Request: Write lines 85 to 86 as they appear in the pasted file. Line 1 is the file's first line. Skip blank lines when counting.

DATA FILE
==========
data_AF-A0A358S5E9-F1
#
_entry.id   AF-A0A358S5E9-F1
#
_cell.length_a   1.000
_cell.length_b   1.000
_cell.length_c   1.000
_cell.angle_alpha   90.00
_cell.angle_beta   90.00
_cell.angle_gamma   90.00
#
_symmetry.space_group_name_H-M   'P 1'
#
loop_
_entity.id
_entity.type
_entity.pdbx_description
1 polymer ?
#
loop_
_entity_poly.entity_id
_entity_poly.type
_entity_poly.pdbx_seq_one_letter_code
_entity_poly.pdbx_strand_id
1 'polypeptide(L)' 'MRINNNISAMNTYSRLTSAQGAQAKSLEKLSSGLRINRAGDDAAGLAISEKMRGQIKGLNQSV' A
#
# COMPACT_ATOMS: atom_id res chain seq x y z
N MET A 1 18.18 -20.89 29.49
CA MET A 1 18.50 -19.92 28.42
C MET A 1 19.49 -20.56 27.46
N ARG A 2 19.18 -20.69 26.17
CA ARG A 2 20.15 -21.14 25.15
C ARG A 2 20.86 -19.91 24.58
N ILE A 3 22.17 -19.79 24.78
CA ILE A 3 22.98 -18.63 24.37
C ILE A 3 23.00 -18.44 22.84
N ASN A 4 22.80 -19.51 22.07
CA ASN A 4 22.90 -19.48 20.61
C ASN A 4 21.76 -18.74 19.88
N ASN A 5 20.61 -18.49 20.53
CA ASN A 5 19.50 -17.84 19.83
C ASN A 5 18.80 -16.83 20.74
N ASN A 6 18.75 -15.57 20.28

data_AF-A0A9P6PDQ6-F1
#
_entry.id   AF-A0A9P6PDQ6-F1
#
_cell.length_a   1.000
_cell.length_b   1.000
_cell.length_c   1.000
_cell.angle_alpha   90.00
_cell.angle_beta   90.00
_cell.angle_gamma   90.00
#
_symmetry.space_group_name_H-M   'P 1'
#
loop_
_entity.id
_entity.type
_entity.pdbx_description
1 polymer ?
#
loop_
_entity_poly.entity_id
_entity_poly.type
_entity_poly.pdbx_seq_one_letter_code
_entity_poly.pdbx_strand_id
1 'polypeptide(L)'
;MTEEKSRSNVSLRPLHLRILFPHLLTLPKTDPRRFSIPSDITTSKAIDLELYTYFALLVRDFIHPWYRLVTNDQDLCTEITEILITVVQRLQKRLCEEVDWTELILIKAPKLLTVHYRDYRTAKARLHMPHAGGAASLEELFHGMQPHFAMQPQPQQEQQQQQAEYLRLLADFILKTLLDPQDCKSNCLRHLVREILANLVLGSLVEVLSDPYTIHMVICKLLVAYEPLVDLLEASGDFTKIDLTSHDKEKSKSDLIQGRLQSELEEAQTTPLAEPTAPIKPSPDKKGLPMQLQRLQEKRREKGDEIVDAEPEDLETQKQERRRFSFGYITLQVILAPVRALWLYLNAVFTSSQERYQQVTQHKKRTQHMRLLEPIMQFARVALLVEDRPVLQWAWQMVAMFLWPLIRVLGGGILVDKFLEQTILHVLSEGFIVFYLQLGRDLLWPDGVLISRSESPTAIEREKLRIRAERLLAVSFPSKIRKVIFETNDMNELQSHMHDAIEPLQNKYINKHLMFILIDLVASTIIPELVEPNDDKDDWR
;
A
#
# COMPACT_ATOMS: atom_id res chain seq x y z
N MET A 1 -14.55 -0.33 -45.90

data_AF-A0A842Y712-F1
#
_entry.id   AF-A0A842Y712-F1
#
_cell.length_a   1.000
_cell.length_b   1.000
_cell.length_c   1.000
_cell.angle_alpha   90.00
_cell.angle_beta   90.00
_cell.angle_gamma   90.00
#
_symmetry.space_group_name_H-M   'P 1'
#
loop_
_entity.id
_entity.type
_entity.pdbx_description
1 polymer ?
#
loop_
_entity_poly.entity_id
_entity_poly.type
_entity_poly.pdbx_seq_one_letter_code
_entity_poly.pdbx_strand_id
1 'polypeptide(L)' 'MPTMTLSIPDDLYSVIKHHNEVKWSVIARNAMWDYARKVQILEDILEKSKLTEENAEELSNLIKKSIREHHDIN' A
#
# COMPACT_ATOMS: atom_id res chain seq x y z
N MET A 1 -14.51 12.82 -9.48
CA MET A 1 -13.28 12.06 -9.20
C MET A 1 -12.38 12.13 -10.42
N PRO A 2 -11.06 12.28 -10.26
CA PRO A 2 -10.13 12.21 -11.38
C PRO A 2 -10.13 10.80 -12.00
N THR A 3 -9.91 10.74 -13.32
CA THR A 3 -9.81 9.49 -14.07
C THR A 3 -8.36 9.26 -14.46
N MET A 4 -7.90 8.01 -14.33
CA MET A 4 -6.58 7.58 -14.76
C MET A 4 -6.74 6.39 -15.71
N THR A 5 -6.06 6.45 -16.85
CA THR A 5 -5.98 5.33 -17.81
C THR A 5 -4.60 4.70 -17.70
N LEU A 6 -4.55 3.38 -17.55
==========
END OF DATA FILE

#
_symmetry.space_group_name_H-M   'P 1'